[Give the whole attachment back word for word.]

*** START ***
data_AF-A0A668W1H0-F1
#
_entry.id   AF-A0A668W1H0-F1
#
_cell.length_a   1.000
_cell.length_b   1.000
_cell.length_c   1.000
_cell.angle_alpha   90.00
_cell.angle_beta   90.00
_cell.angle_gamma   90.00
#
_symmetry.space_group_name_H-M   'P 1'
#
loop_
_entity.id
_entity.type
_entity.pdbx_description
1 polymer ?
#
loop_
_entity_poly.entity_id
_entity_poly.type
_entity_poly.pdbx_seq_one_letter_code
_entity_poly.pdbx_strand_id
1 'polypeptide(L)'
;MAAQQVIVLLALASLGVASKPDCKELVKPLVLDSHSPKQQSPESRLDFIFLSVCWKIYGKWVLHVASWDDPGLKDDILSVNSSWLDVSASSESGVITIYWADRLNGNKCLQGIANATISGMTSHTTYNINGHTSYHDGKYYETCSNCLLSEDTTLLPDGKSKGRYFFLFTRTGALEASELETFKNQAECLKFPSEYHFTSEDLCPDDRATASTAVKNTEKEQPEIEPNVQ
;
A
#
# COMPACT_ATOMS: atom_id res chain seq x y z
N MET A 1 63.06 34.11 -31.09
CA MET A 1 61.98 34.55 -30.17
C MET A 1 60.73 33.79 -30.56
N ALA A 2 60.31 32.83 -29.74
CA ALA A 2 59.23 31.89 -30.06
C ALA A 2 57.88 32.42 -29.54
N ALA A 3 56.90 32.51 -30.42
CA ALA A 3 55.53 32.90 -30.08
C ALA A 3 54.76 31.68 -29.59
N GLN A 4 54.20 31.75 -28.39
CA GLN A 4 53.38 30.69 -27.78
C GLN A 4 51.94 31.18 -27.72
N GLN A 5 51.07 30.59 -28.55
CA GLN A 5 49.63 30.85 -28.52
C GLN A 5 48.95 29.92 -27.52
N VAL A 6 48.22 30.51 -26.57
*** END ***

data_AF-A0A668W1H0-F1
#
_entry.id   AF-A0A668W1H0-F1
#
_cell.length_a   1.000
_cell.length_b   1.000
_cell.length_c   1.000
_cell.angle_alpha   90.00
_cell.angle_beta   90.00
_cell.angle_gamma   90.00
#
_symmetry.space_group_name_H-M   'P 1'
#
loop_
_entity.id
_entity.type
_entity.pdbx_description
1 polymer ?
#
loop_
_entity_poly.entity_id
_entity_poly.type
_entity_poly.pdbx_seq_one_letter_code
_entity_poly.pdbx_strand_id
1 'polypeptide(L)'
;MAAQQVIVLLALASLGVASKPDCKELVKPLVLDSHSPKQQSPESRLDFIFLSVCWKIYGKWVLHVASWDDPGLKDDILSVNSSWLDVSASSESGVITIYWADRLNGNKCLQGIANATISGMTSHTTYNINGHTSYHDGKYYETCSNCLLSEDTTLLPDGKSKGRYFFLFTRTGALEASELETFKNQAECLKFPSEYHFTSEDLCPDDRATASTAVKNTEKEQPEIEPNVQ
;
A
#
# COMPACT_ATOMS: atom_id res chain seq x y z
N MET A 1 63.06 34.11 -31.09
CA MET A 1 61.98 34.55 -30.17
C MET A 1 60.73 33.79 -30.56
N ALA A 2 60.31 32.83 -29.74
CA ALA A 2 59.23 31.89 -30.06
C ALA A 2 57.88 32.42 -29.54
N ALA A 3 56.90 32.51 -30.42
CA ALA A 3 55.53 32.90 -30.08
C ALA A 3 54.76 31.68 -29.59
N GLN A 4 54.20 31.75 -28.39
CA GLN A 4 53.38 30.69 -27.78
C GLN A 4 51.94 31.18 -27.72
N GLN A 5 51.07 30.59 -28.55
CA GLN A 5 49.63 30.85 -28.52
C GLN A 5 48.95 29.92 -27.52
N VAL A 6 48.22 30.51 -26.57